hen was the last time you looked up at the celestial sphere? A new festival is upon us that offers a different perspective of the universe, and we aren't talking psychedelic drugs. Story of Light, an upcoming festival in Goa, aims to bridge the gap between art, science, philosophy, culture and design and tell the first and the longest running story of our existence — the story of light. Says Nash Paul D'Souza, one of the co-organisers of the event and a designer by profession, "We always wanted to do something about awareness and education. This idea emerged out of a small event of a similar nature that we did with local kids in Goa. Their enthusiasm apart, we found the process really interesting, an interactive way to talk about time."
This festival will be open to children and adults alike, and revolve around their novel ethic of learning via experiencing. The festival itself is divided into four themes through which their narrative unfolds. These include: "Light and Life", "Seeing and Perceiving", "Light in Technology" and "Our Universe". Nash enlightens us about how all the varied themes across the spectrum are going to come together, "Light touches everyone in varied ways. It is this medium through which we can talk of time, spirituality, culture, astronomy — it has an attractive potential." They want to bring together artists and scientists from different fields to tell a collective story, with the help of installations, photographs, mixed media, performance based dance — the scope reaches far and wide.
Story of Light will see an interesting cross section between light and technology. Nash says, "The difference between night and day is just sunlight. The story of the universe is also light — all our concepts of matter in quantum physics involve light– we realize what we talk about as matter is also space and light." Then there is the interplay of light and shadow- mirrors and reflection, how we see the world and how we see ourselves is also defined by light. Colour is light and who understands colour better than an artist — the frequency of the electro-magnetic spectrum that determines colour can best explained by artists. Artists and engineers and spiritual people and anthropologists can come together and tell stories about scientific knowledge here."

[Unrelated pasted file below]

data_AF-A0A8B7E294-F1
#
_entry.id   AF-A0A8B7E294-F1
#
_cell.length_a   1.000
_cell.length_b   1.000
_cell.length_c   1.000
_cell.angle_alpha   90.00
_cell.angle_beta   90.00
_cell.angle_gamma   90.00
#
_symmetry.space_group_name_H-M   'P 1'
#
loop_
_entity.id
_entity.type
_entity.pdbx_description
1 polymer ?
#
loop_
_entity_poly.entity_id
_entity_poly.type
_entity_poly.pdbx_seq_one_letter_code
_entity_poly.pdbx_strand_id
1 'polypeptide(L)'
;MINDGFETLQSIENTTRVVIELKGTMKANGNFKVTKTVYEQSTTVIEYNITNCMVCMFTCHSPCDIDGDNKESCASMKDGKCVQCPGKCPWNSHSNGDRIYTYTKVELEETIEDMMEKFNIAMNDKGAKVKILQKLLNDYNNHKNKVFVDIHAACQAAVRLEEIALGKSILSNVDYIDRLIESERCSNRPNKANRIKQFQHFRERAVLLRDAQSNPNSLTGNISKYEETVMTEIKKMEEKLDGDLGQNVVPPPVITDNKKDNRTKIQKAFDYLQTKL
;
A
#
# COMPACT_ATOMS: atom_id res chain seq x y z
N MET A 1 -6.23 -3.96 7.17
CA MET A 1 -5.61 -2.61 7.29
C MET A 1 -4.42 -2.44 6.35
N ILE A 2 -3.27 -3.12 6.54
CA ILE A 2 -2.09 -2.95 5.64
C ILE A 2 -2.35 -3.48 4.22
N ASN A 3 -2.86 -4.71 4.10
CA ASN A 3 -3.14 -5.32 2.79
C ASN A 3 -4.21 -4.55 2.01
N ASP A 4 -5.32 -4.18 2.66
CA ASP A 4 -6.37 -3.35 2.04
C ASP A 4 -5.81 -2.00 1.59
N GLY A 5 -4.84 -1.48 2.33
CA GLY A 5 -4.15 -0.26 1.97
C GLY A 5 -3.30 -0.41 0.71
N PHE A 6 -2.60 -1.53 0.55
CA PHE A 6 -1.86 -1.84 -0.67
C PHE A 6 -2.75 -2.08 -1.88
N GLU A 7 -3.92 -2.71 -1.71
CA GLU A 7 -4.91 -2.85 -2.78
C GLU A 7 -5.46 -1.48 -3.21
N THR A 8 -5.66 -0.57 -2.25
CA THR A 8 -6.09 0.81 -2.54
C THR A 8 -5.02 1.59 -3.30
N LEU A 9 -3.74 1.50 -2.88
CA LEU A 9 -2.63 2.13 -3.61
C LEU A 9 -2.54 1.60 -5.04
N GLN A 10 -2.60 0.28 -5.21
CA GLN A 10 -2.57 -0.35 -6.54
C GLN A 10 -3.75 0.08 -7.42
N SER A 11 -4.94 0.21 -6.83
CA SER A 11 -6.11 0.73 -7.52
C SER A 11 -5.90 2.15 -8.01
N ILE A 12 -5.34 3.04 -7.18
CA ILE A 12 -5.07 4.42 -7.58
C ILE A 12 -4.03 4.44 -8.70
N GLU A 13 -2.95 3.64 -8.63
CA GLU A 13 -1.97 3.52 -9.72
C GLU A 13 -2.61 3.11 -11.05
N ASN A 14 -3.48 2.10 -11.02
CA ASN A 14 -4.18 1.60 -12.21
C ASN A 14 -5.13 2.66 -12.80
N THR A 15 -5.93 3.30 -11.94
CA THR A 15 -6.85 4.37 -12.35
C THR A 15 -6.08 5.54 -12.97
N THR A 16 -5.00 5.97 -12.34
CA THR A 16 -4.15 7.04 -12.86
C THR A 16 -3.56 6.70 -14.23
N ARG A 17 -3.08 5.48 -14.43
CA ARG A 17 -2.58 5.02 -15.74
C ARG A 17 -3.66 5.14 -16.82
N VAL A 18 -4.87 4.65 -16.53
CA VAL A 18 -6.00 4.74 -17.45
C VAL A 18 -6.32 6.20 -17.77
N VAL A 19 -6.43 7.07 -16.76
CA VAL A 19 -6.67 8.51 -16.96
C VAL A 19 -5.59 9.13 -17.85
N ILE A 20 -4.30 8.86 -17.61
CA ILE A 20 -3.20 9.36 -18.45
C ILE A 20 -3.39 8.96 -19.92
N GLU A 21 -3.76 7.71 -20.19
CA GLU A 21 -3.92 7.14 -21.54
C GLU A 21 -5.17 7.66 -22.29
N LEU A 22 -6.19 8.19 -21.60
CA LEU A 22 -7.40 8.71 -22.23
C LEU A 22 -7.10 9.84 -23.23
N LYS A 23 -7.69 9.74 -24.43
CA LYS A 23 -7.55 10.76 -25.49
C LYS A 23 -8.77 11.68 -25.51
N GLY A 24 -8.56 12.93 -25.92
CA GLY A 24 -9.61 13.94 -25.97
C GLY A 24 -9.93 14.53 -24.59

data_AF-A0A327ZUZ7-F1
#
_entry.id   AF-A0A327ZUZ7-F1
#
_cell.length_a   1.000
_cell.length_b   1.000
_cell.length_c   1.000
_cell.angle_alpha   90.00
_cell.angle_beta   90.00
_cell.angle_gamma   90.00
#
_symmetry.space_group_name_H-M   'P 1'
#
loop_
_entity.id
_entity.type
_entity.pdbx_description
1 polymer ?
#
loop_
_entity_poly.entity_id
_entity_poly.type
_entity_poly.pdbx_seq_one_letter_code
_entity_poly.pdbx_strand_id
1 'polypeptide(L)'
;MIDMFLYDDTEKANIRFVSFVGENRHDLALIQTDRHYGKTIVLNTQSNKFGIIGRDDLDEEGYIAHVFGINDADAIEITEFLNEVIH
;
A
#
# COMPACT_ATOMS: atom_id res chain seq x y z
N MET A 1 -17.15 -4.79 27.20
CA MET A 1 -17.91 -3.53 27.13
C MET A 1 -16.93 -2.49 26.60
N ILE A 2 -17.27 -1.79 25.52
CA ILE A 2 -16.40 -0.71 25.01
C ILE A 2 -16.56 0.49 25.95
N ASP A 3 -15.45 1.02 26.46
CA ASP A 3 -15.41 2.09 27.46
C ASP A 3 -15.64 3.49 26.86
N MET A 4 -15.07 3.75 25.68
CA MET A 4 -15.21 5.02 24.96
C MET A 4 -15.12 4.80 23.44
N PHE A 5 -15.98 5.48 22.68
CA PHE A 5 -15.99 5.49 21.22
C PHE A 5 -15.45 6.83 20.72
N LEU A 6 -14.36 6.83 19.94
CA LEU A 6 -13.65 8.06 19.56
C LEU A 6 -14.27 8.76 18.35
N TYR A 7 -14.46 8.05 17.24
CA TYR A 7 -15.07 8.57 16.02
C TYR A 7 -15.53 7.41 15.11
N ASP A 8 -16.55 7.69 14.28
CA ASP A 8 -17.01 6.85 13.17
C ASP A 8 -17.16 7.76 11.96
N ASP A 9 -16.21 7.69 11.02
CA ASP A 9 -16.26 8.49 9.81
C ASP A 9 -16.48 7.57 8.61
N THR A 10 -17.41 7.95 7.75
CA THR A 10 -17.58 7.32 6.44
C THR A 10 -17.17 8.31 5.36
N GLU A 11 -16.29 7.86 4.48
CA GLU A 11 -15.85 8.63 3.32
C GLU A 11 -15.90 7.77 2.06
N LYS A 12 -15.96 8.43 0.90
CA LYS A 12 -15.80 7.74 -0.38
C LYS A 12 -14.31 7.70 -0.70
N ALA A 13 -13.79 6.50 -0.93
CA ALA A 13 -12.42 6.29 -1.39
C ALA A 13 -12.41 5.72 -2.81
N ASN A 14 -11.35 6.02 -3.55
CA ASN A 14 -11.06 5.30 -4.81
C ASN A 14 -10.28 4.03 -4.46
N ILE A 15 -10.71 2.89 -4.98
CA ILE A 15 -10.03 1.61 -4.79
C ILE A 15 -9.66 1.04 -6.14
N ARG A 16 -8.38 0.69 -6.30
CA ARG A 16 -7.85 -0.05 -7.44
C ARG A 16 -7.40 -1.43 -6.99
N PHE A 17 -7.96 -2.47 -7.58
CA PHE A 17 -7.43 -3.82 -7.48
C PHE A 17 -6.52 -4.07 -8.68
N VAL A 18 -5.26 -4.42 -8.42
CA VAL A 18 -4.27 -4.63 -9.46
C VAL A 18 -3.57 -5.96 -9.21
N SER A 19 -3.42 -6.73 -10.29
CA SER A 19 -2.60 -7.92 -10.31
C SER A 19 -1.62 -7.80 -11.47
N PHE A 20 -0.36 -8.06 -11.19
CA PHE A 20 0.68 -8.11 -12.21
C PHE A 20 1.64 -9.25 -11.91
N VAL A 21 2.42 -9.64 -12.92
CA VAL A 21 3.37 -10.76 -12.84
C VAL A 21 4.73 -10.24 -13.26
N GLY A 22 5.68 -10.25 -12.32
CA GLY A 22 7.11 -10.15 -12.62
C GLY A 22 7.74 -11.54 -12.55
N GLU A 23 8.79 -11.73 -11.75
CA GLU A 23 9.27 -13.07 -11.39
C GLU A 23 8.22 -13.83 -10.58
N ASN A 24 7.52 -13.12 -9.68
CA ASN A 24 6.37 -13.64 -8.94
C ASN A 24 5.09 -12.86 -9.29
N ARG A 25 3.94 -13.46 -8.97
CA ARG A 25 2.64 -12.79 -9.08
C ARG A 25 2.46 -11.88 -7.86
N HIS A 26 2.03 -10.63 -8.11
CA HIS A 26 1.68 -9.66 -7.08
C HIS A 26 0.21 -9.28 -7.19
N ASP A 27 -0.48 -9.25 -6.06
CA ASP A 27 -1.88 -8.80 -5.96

Light touches everyone in varied ways. It is this medium through which we can talk of time, spirituality, culture, astronomy — it has an attractive potential.
Plans are afoot to spread the installations over a distance of 3-5 km in mostly public spaces. This has been done, according to Nash, to democratise art. Goa has been chosen as the host place because all the organisers believe it has the right atmosphere for such a festival to take place. "Goa is a place we stay and work in, and it's a pleasure to work over here. Also, we're lucky to have open cooperation with the Panjim authorities, who have given us access to public places within the Capital."
The festival is at an early stage right now and seeks proposals from artists and scientists for screenings, talks, workshops and installations, and collaborations with each other. All proposals will culminate in an artists' residency in December, which will ultimately give way to the festival. Nash says, "Panjim has really nice public spaces — promenades, walkaways — so we want to build a community feeling around that time among all the attendees. We want people to explore the city and the installations to be within walking distance, but not to jampacked." The festival will be held from 14-18 January 2015, which are the dates for Makar Sankranti, marking the day when the sun moves onto the zodiac sign of Capricorn.
Also, 2015 is the International Year of Light as declared by United Nations, so there could not be a better time for it.
What's the need for such a festival at all? "Quantum physics is changing the way we think about things, and we would like to bring it to everyone from a creative point of view — tell a story — make a song and dance about it about these concepts." explains Nash.
To participate in the festival or for further details, visit www.thestoryoflight.org.